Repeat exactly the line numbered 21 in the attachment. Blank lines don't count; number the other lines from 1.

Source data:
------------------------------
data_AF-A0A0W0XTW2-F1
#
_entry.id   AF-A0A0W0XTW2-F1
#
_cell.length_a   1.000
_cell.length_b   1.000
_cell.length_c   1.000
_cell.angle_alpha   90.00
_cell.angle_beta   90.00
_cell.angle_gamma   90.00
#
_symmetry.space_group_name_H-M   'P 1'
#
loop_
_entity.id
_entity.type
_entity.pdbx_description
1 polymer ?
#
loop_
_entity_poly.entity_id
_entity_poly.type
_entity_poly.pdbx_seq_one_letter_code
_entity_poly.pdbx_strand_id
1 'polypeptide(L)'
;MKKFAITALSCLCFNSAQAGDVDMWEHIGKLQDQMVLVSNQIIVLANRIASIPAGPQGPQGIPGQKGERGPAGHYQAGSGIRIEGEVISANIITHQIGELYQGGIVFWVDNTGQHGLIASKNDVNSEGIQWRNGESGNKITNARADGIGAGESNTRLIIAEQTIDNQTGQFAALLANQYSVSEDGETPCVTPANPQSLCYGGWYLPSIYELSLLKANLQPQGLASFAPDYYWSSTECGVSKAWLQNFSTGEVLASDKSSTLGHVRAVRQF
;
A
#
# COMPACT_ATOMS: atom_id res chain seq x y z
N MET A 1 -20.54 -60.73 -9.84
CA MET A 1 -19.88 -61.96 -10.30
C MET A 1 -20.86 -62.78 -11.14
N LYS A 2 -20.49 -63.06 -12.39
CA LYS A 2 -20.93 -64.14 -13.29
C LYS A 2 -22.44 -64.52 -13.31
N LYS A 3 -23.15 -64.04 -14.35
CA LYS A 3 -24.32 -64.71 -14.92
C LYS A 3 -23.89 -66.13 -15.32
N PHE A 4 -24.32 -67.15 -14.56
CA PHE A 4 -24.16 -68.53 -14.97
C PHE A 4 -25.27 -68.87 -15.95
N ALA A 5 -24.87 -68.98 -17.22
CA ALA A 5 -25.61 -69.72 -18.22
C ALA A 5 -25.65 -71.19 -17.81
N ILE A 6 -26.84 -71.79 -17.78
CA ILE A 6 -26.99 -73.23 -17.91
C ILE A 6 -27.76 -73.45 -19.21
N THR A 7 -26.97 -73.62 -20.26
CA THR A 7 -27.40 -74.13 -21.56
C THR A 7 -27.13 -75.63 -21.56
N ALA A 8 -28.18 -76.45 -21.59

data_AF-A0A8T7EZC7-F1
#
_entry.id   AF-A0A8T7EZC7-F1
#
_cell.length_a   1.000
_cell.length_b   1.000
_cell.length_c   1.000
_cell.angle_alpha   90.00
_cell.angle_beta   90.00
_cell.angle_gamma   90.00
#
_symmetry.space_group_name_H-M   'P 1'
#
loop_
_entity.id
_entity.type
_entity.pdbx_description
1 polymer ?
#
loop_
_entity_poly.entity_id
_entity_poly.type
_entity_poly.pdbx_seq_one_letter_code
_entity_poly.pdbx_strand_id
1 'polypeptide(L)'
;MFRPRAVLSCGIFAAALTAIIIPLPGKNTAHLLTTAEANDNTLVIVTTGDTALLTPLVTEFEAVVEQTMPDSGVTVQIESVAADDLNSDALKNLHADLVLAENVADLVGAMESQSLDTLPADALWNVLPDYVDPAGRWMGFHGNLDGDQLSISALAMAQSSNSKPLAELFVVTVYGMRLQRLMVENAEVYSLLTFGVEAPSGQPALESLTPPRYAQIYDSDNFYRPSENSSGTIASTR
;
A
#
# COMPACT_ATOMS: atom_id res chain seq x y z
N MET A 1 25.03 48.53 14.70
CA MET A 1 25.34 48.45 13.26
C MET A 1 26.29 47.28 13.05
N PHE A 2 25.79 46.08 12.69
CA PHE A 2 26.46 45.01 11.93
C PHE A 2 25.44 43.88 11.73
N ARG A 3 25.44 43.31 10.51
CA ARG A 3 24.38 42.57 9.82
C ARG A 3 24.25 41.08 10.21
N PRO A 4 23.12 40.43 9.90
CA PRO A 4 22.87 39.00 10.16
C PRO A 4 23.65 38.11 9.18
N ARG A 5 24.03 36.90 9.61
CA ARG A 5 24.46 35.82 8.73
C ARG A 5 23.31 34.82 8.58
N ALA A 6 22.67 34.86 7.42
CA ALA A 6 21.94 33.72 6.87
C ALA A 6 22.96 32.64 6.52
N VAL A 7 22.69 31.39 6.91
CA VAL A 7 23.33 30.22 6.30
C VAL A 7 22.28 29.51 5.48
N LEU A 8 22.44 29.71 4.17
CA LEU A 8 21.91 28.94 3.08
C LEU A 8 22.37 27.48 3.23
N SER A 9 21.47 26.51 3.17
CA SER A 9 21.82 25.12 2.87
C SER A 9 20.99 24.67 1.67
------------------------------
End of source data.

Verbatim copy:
_entity_poly.entity_id